Mount Shasta, in the kitchen, March 2003: “Why do good things happen to bad people?” Adrienne wails. She’s trying to get my goat, as my grandfather used to say.
She’s had trouble with her teeth all her life, whereas I have been blessed in that regard.
I have perfect teeth.
I know that I have perfect teeth because of what my dentist, Dr. Martin of Henrietta, Texas, told me, as I sat in his chair in 1960. “Open,” he said. He peered around.
“You have perfect teeth,” he said.
At that moment, and even now, I can think of no area in my life that seems perfect to me. Moments? Yes, moments were perfect. Moments of love, moments of passion, a moment when viewing trees on sweeping English hillsides that might have been Africa, a moment so late at night that the birds began announcing the dawn, a moment of clarity, a moment of dreadful realization. Yes, perfect moments, but no area of life that seemed entirely perfect … except now, as I realize that I have perfect teeth.
As best I know, I have never had a cavity. Oh, once in San Francisco, I went to a new dentist, who took xrays and then announced two cavities. Then he filled them and charged me money. I’d never had a cavity before, and I’ve never in 30 years since had another cavity. I believe that I had no cavity then, either. I think he either blundered the xrays and repaired someone else’s cavities in my mouth, or he just needed some money or practice, and I was the goat.
So now, in a vain attempt to get my goat, Adrienne is wailing, “Why do good things happen to bad people?” Ha! She’s annoyed because I have perfect teeth, and she does not.
While I am sorry that she does not have perfect teeth, I am glad for this one part of my life that has been perfect for almost 60 years. (I will celebrate my 60th birthday next month, so if you will be sending presents, please contact me for current shipping information, haw!)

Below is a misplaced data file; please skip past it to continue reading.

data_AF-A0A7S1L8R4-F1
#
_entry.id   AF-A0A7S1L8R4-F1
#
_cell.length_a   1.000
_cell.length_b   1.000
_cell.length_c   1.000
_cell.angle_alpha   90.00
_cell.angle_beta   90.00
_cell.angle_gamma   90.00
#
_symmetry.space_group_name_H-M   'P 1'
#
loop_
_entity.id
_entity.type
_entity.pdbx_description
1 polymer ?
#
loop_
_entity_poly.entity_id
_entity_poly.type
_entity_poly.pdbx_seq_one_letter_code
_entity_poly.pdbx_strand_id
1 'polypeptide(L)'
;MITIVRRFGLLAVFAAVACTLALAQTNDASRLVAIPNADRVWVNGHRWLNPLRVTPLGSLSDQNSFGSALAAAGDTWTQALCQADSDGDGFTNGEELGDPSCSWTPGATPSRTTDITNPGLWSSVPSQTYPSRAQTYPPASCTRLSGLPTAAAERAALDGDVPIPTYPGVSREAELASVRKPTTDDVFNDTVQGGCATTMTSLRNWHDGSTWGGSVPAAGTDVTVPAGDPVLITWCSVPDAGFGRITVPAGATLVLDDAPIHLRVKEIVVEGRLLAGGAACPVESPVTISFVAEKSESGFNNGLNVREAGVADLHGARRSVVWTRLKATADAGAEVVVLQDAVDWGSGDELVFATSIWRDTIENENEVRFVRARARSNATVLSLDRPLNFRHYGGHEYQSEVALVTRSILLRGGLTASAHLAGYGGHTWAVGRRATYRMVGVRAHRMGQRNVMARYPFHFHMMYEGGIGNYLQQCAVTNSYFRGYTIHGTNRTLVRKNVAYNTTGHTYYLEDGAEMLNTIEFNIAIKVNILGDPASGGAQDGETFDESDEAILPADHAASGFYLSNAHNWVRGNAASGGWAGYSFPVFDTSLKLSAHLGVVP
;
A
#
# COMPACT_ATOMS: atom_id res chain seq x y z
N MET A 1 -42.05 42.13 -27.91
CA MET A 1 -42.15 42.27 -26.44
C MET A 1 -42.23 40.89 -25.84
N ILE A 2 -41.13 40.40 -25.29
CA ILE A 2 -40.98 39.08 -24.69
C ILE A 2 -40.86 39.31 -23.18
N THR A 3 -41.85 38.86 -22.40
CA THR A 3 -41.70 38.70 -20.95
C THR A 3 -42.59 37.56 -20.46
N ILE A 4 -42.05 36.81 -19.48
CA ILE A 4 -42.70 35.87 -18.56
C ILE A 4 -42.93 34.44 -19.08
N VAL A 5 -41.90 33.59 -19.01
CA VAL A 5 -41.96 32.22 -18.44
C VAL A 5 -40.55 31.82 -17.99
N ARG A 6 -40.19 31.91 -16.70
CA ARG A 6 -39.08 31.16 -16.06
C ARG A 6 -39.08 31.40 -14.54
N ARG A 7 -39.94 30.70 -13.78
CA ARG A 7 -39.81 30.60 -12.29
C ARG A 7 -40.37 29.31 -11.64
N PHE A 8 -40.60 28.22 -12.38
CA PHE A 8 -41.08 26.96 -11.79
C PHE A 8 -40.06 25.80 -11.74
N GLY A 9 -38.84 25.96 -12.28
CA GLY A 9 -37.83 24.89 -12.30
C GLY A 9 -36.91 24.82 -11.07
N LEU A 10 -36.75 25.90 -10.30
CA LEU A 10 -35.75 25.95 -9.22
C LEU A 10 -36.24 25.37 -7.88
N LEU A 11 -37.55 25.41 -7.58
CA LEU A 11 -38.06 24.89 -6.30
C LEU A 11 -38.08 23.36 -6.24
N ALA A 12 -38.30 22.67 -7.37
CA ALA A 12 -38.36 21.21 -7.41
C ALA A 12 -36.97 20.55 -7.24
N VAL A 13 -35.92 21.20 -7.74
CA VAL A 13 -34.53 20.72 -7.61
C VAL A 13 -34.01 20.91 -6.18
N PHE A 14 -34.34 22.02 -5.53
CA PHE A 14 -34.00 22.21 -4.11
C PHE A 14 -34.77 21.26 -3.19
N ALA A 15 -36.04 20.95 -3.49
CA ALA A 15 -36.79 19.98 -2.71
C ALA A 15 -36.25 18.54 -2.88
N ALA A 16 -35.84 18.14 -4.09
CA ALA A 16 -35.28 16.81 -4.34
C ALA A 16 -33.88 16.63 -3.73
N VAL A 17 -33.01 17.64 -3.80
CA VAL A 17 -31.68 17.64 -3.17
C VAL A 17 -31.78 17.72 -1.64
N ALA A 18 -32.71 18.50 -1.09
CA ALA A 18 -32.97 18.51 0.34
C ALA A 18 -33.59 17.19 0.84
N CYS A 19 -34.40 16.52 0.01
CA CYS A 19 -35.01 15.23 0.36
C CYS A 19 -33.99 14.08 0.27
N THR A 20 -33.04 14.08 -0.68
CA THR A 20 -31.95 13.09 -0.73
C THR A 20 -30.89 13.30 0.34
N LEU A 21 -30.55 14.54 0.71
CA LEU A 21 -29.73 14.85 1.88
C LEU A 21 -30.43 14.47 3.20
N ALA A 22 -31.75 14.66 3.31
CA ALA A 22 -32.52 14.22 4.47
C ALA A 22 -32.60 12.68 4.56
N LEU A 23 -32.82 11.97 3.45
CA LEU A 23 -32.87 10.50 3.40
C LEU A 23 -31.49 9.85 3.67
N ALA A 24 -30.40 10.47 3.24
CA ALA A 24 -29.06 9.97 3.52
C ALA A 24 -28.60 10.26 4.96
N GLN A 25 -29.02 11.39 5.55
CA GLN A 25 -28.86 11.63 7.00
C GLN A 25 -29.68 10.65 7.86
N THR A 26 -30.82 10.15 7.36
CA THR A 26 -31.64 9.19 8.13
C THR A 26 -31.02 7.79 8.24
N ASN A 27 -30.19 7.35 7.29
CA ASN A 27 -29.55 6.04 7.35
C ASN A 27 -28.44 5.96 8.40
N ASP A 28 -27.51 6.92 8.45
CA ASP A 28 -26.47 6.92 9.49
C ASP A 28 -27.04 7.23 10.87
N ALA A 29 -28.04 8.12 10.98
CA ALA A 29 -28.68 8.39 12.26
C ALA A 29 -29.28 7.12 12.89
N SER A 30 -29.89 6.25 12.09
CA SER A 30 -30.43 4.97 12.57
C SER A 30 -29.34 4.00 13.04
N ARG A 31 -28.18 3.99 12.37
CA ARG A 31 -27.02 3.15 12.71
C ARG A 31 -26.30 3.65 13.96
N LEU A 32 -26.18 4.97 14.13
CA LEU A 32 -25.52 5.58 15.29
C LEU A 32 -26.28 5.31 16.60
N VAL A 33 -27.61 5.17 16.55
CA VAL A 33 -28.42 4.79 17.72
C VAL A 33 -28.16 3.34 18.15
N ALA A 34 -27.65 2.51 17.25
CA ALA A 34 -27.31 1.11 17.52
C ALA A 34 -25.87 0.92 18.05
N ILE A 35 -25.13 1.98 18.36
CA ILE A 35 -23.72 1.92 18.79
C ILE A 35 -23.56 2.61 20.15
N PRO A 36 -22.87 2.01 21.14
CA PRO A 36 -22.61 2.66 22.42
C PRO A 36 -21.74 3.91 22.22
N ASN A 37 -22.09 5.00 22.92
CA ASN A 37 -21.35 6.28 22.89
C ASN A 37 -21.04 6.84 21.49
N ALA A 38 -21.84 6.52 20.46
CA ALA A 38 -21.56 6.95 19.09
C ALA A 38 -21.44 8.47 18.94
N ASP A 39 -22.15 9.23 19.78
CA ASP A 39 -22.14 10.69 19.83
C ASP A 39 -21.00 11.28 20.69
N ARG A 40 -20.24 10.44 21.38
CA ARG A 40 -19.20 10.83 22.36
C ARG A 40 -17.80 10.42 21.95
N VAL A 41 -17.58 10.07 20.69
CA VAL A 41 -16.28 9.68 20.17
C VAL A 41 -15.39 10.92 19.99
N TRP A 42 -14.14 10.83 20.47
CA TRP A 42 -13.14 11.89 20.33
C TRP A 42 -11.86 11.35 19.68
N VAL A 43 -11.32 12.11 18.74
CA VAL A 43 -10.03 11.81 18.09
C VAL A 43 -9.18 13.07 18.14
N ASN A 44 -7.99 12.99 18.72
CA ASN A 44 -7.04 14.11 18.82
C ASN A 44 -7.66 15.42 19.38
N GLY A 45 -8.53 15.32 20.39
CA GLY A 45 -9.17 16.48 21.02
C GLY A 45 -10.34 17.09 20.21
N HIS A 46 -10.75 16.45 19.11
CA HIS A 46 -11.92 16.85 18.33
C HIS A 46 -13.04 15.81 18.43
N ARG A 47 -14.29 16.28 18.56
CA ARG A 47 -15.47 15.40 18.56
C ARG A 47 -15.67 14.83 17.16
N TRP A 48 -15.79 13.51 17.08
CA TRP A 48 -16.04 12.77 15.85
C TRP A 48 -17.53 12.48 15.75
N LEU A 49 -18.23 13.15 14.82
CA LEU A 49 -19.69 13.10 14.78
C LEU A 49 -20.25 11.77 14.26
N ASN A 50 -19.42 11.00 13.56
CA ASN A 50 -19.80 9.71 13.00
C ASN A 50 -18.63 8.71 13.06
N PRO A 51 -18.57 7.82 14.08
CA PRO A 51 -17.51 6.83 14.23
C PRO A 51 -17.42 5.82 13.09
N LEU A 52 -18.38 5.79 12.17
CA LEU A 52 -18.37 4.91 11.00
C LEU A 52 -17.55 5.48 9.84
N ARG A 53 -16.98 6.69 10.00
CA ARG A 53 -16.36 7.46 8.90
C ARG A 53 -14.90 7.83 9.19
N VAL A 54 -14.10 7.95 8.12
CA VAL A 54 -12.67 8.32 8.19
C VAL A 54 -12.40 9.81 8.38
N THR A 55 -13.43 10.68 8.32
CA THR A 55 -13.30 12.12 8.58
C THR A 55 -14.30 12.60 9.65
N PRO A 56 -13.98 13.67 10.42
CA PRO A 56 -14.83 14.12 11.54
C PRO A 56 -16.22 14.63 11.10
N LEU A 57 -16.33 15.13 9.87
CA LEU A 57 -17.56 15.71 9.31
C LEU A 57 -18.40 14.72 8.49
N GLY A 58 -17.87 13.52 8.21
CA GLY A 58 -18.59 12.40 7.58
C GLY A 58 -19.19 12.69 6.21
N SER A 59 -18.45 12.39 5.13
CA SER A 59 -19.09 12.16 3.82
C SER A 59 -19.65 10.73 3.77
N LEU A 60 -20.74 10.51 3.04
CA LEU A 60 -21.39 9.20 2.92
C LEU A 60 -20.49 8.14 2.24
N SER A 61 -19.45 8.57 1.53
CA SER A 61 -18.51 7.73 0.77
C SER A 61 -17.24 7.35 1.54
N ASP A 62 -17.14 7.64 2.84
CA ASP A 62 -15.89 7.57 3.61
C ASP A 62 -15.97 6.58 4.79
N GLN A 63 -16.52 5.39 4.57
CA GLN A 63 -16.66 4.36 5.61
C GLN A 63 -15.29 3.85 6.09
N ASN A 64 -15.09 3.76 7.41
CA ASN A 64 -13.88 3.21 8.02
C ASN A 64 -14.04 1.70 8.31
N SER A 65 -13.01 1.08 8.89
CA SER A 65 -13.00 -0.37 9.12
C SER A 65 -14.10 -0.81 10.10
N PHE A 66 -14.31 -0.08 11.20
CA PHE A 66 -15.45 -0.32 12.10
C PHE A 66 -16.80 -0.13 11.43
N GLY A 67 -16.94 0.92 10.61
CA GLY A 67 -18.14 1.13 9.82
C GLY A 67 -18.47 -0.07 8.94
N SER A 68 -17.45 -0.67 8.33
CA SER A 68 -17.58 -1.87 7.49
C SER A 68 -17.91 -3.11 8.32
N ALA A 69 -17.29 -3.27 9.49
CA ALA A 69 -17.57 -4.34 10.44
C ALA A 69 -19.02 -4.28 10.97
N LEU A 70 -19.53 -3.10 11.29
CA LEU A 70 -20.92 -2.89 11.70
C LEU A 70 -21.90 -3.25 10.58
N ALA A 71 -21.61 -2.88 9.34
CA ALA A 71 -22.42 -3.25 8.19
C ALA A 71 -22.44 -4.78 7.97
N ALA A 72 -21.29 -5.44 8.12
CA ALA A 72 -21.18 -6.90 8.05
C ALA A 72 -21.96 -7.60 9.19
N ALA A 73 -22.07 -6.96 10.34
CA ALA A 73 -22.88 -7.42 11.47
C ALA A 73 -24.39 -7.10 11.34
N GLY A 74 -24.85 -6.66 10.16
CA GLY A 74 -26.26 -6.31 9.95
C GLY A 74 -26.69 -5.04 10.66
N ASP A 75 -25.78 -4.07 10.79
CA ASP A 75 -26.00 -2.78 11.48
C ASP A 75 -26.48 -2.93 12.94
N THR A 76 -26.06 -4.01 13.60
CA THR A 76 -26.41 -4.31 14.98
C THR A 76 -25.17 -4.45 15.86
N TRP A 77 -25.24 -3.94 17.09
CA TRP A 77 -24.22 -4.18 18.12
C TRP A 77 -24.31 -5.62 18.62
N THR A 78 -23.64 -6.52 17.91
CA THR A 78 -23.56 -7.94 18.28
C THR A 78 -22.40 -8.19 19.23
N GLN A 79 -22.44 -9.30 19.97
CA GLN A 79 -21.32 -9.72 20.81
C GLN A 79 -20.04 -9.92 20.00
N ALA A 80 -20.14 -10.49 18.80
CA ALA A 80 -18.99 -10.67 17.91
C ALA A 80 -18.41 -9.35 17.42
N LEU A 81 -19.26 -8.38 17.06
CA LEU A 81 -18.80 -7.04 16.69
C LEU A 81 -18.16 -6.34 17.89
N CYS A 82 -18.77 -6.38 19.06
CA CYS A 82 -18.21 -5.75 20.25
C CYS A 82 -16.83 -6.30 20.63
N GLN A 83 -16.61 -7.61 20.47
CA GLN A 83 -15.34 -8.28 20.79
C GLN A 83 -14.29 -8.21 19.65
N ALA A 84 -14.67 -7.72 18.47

And now, because you have been patient with my intermittent story-telling and lazy ways, you shall be rewarded with the inside scoop, that is, my secret method.
First, I must tell you that my mother, bless her heart, taught me how to brush my teeth and taught me that they should be brushed both in the morning and at night. Television ads at that time even touted brushing after every meal, but in my lifetime, only Dennis seems to do that.
My contribution to my mother’s method was to forget about brushing my teeth nearly all the time, and for all my adult life I still constantly forget to brush. Is my breath sometimes awful? Well, yes; so I am told. Adrienne calls me “camel breath” sometimes. I take it as a hint. I think this means I should brush and so it serves as a reminder. She is forever helping me in this way.
But, all in all, based upon the evidence I must conclude that the first key to having perfect teeth would appear to be avoiding brushing them. At least, that’s what seems to have worked for me.
Next, let us consider milk.
When I was a child, I grew up disliking only one food: milk. I begged coffee-milk by the time I was six, because it made the milk taste better. I complained about milk throughout my childhood. When I was thirteen, my mother finally told me I didn’t have to drink milk any more. No more big glass in the morning, hoo ray!
Ten years later, sitting in the restaurant at the Cabana Hotel in Dallas, I thought: Maybe I’ve been missing something, hmmm, so I ordered a glass of milk. It was evening, and dark outside the windows. The waitress, dressed much like a Playboy bunny, brought my milk. I contemplated it, and then drank it down.
And confirmed that I didn’t like milk.
So there you have it. Apparently, from everything that I can see, the key to perfect teeth is to avoid drinking milk, avoid brushing and flossing, and just leave your teeth the hell alone.